Mrs. Robinson: The point that I am making is that, as the law stands at the moment, there would not be the possibility of an owner of property, even with the right to possession of it, forcibly retaking that possession: that self-help remedy is not legal at the moment. It is being made legal under this Bill and also, if undue damage is caused, the court, in coming to a decision as to the penalty, may take the damage to property into account as if that damage had been caused by the defendant, may have regard as to whether or not the defendant has compensated the owner in respect of the damage; in other words, unless the defendant has compensated the owner in respect of the damage, he may be liable to a more severe penalty.
The underlying principle is that not only are we exempting certain categories of people, the owner as widely defined, and anybody on behalf of the owner, with the consent of the owner, from criminal liability for forcible entry, but we are also saying that if such person requests the defendant to leave, and then forcibly enters to retake the property, and damage is caused to the property and the defendant may be liable for a criminal penalty. The amendment that I am putting forward is to try to confine this physical violence to members of the Garda Síochána who request the persons in occupation to leave and, if they do not do so, eject them and regain possession of the property and any damage caused, under the terms with which I agree, if not compensated for, may be taken into account by the court in the penalty. Let us at least in this section, which relates to the retaking of possession of property, confine it to the forces of law and order in the State. Let us confine this forcible entry, as it is confined in England and in most civilised jurisdictions, to the forces of law and order. Let us not license private violence and private self-help remedies of this sort.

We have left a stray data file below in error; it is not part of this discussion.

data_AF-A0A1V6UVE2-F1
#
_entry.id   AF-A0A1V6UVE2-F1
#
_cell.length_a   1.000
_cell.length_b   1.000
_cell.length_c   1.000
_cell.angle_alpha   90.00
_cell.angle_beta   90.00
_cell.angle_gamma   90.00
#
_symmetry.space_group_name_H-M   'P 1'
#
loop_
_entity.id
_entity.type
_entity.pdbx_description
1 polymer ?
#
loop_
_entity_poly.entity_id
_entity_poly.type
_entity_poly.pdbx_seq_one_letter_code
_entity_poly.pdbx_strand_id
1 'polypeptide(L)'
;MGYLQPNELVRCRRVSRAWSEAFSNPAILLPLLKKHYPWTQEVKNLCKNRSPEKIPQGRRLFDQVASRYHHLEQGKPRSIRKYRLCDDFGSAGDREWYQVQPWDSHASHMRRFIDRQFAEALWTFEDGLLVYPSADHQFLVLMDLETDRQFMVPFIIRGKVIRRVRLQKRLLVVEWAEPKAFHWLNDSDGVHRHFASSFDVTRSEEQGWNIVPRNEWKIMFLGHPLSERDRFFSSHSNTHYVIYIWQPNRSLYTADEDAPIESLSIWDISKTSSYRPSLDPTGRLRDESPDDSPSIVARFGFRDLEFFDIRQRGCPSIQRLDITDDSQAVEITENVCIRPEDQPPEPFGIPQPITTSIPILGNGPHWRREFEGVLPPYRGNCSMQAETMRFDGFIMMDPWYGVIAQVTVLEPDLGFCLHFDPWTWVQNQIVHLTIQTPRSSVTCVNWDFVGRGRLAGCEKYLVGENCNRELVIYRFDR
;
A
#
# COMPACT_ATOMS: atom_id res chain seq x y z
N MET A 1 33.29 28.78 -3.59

Mr. O'Malley: Senator Robinson made quite a number of statements  with which I could take issue, but we might, if I did so, raise a number of hares. I cannot follow her statement that, in England, it is only the forces of law and order, as she puts it, that are entitled to——
Mrs. Robinson: Forcibly enter.
Mr. O'Malley: ——take possession of property. Surely it is fundamental in their common law, as it is in ours, that an owner can take possession of his property.
Mrs. Robinson: Not forcibly.
Mr. O'Malley: Here, at the moment, if somebody is unlawfully trespassing on your property, as I understand the law, you are entitled to use such force as is reasonable to eject him. You may not be able to recover, either directly or indirectly, the damage you do in the course of ejecting him but, provided you are prepared to risk it, you are entitled to eject him and I want to retain that entitlement and not give it over to the gardaí.
Professor Kelly: I think that permission to eject a trespasser exists only in favour of an occupier. Trespass, subject to correction, is a tort committed primarily in its occupation. I do not think a superior landlord would have any right to eject him.